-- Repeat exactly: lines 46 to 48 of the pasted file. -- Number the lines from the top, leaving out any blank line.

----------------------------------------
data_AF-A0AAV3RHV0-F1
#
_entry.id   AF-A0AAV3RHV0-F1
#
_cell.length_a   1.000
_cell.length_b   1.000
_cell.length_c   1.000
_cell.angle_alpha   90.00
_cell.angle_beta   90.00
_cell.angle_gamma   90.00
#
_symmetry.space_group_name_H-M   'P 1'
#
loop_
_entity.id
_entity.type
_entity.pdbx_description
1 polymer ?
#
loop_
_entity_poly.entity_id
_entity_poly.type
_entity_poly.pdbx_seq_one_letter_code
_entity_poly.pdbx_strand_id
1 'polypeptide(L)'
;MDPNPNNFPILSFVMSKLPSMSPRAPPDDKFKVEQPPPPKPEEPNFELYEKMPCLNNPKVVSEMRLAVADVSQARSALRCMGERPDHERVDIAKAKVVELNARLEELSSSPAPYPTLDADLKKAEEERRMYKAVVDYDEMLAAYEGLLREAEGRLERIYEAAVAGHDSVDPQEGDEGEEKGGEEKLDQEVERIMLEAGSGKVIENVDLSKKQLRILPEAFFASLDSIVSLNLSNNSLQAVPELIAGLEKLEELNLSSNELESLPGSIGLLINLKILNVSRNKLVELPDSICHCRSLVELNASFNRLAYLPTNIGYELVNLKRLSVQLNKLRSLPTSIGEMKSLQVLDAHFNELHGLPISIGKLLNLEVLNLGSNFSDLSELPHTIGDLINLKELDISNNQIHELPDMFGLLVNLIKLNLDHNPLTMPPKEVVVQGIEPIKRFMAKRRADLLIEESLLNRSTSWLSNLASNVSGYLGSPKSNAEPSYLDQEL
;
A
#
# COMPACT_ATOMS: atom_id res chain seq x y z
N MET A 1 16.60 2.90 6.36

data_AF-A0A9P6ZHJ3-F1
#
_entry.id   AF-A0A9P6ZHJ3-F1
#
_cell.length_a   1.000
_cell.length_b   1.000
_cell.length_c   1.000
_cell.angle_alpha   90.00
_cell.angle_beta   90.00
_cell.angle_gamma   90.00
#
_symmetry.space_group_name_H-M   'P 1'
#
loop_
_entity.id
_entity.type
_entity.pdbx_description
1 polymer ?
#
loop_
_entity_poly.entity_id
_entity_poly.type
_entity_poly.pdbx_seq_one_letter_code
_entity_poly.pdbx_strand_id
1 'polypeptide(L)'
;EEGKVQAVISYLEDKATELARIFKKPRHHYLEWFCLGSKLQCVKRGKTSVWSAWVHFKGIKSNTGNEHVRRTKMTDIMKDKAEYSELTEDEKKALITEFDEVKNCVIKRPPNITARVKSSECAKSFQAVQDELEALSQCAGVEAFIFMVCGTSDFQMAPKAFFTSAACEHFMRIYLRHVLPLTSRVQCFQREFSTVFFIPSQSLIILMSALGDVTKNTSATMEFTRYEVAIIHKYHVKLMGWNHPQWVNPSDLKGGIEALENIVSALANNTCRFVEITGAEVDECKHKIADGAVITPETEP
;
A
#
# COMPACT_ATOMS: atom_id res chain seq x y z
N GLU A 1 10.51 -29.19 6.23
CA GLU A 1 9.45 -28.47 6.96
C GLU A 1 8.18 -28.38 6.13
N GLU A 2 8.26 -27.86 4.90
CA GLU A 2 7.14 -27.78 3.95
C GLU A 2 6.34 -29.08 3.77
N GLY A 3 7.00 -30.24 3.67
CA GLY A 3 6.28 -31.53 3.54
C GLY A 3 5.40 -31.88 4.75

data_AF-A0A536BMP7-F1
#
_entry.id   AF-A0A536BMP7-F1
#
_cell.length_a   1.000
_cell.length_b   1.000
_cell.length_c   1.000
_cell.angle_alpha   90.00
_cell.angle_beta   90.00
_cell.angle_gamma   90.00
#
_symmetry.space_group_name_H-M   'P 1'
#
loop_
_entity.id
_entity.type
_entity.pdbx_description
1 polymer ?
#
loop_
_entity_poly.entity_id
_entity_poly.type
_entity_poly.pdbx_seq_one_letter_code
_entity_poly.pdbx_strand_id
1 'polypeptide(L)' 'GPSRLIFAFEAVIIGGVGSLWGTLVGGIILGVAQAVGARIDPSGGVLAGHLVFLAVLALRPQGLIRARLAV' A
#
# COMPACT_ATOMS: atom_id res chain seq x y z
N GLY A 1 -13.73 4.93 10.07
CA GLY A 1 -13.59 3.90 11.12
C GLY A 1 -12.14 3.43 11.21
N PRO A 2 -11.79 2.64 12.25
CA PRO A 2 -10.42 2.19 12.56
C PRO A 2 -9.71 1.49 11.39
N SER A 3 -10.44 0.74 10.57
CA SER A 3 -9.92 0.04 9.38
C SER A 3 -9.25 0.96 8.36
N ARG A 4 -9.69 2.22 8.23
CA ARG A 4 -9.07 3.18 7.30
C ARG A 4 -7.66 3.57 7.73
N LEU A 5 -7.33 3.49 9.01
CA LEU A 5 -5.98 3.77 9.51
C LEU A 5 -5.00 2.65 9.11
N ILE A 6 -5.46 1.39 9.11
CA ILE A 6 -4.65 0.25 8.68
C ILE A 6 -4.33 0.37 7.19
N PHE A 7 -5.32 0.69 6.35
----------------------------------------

_entity.id
_entity.type
_entity.pdbx_description